Evidence Summary for Treatment Foster Care Oregon (formerly Multidimensional Treatment Foster Care, or MTFC)

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1 Top Tier Evidence Initiative: Evidence Summary for Treatment Foster Care Oregon (formerly Multidimensional Treatment Foster Care, or MTFC) HIGHLIGHTS: Intervention: A foster care program for severely delinquent youth. Evaluation Methods: Two well-conducted randomized controlled trials, and a third trial with some limitations. Key Findings: For girls, more than 50% reduction in criminal referrals and days in locked settings, and roughly 40% reduction in pregnancy rates, two years after random assignment. For boys, evidence of reductions in criminal activity is promising but not yet Top Tier due to study limitations. Other: Strong evidence of effectiveness applies to settings where the alternative treatment is community-based residential group care. Program cost is lower than group care. Longer-term study follow-up would be desirable to see if effects continue beyond two years. I. Finding of the Top Tier Evidence Initiative s Expert Advisory Panel: Treatment Foster Care Oregon (TFCO) meets the Top Tier Evidence Standard for its effect on girls, but not yet for boys. The Standard is defined, per recent Congressional legislation, to include: Interventions shown in well-designed and implemented randomized controlled trials, preferably conducted in typical community settings, to produce sizeable, sustained benefits to participants and/or society. II. Description of the Intervention: TFCO (formerly Multidimensional Treatment Foster Care, or MTFC) provides severely delinquent youths with foster care in community families trained in behavior management, and emphasizes preventing contact with delinquent peers. Typical community treatment for such youth, by contrast, often involves placement in a group residential care facility with other troubled youth. As an example of the program's behavior management techniques, foster parents track and regulate the youths' behaviors using a point system, with youths receiving points for positive behaviors and losing points for negative behaviors. As youths accumulate points, they are afforded more freedom from adult supervision. The program also provides the youths and their families with individual and family therapy, and program case managers closely supervise and support the youths and their foster families through daily phone calls and weekly foster parent group meetings. Biological (or adoptive) families to whom the youth is returning after the TFCO placement receive family therapy and support. The average length of stay in the program is 6-7 months. The average cost is about $3,600 per month (2009 dollars), which is 30 to 50 percent lower than the cost of treatment in a group residential care facility in Oregon (where the studies of the program were conducted). Click here to go to the program s web site. 1 September 2009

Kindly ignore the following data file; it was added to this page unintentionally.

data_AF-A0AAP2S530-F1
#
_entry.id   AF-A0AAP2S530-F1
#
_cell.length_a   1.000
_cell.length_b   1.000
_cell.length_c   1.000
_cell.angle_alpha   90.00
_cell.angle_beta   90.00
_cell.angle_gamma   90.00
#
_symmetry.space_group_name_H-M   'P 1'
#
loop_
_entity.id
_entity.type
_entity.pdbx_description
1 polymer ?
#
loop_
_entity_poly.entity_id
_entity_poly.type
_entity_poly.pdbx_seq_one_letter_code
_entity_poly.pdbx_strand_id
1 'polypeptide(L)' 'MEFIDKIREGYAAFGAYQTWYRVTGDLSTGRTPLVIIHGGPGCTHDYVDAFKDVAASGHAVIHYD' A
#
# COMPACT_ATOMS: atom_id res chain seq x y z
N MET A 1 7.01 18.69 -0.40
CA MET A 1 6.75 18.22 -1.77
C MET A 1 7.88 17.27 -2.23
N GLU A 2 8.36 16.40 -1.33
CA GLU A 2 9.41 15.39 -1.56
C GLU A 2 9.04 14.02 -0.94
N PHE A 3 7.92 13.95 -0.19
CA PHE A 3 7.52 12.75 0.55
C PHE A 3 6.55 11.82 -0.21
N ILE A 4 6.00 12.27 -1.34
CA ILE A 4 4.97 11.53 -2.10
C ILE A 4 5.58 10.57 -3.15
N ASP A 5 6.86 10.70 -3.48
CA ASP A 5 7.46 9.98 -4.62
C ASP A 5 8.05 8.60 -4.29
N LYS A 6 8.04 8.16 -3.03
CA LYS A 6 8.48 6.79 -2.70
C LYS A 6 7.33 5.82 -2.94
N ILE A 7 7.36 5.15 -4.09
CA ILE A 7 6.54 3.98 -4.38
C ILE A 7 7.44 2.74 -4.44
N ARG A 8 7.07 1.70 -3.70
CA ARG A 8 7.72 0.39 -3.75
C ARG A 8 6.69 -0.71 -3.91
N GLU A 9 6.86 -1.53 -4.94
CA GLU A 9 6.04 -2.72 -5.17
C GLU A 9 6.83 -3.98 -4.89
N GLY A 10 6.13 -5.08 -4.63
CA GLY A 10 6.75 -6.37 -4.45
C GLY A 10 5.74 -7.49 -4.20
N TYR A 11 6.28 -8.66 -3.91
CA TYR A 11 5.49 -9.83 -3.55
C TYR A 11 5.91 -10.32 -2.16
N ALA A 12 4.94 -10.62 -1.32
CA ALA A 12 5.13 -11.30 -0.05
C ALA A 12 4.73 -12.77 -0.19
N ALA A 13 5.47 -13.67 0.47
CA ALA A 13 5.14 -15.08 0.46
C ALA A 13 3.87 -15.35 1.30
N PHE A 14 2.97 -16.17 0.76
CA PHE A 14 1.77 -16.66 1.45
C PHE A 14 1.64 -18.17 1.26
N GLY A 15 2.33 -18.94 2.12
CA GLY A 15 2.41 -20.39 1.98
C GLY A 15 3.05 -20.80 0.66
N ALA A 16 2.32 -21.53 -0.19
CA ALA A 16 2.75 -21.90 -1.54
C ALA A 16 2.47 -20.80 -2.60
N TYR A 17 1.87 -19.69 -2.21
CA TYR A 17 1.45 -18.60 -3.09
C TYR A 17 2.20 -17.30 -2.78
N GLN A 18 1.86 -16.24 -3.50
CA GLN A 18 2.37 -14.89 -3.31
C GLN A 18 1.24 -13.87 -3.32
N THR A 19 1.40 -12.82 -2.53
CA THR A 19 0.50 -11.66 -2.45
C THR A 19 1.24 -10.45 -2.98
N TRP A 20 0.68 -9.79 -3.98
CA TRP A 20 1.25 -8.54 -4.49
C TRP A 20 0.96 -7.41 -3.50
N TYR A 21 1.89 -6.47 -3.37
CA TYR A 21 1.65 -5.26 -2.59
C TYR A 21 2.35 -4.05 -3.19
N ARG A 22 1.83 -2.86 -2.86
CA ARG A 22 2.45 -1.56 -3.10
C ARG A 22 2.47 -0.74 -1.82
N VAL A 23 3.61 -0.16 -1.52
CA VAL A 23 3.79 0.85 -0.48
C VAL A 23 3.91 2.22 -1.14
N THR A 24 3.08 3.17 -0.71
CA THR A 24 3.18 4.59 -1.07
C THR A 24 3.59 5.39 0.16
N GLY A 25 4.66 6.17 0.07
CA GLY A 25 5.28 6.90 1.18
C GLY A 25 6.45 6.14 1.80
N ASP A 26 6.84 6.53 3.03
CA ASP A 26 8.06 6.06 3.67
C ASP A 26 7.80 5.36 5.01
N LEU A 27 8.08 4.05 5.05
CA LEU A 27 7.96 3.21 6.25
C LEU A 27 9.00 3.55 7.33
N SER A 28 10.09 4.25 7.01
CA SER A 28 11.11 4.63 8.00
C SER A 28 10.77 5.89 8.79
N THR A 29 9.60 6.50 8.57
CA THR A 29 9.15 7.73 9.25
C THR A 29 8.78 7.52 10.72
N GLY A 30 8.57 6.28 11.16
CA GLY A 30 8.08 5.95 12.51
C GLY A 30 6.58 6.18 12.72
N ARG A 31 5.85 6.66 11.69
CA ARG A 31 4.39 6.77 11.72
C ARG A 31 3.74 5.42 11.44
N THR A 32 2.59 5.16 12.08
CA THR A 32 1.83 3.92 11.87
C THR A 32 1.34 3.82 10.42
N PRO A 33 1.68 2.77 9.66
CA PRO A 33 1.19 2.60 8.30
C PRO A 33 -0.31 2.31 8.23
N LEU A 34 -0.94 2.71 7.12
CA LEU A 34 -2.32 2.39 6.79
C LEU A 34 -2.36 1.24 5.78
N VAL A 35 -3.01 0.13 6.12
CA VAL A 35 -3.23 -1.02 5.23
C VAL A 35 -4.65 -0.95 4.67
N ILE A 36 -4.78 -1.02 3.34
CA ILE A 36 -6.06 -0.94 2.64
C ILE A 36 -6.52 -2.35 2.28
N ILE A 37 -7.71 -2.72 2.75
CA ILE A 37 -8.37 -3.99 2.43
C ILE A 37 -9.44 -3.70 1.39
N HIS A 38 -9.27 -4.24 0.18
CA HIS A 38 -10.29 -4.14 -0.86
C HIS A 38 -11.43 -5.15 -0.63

2 III. Evidence of Effectiveness This summary of the evidence is based on a systematic search of the literature, and correspondence with leading researchers, to identify all well-conducted randomized controlled trials of TFCO in the treatment of juvenile offenders. Our search identified three such studies, summarized below. Importantly, these trials evaluated TFCO in settings where the alternative treatment was communitybased group care in a residential facility. Thus their findings apply only to the program as implemented in such settings. In addition, all three studies took place in Oregon, suggesting the value of future replication in other states. The specific effects that were replicated in at least two trials and thus are most likely to be reproducible in a program replication are reductions in criminal activity and teen pregnancy. For reasons discussed below, we have stronger confidence that TFCO reduces criminal activity for females than males, and believe the effect on males requires corroboration in additional studies to constitute strong evidence. The following summarizes the program s effects on the main outcomes measured in each study, including any such outcomes for which no or adverse effects were found. All effects shown are statistically significant at the 0.05 level unless stated otherwise. Study 1 Delinquent Girls This was a randomized controlled trial of 81 chronic female juvenile offenders in Oregon who had been mandated by juvenile courts to receive out-of-home care due to chronic delinquency, and who had consented to study participation. The girls were randomly assigned to TFCO or to a control group that received community-based residential group care (the typical treatment for such youth in Oregon). The girls averaged 15.2 years of age, and 12.0 lifetime criminal referrals. 28% had a prior pregnancy. 74% were Caucasian, 68% were from single-parent families, 32% were from families with an annual income of less than $10,000. The TFCO group received TFCO with a few adaptations for female offenders, such as additional instruction on how to avoid aggression in social relationships (e.g., by talking to friends about distressing situations) and how to regulate their emotions (e.g., with coping and problem-solving strategies). Effects on the TFCO group over the 2-year period following random assignment (versus the control group): 69% fewer days spent in locked settings e.g., jail, correctional facilities (47 days on average for the TFCO group vs. 149 days for the control group); 55% fewer official criminal referrals per youth (1.38 referrals vs referrals); 38% lower pregnancy rate (32.4% of TFCO girls became pregnant vs. 52.4% of control girls); 1 1 To assess the statistical significance of this effect, the researchers pooled the sample from this study with that from study 2 (summarized below), to form a combined sample of 166 girls. The effect for the combined sample was statistically significant (p<.01). 2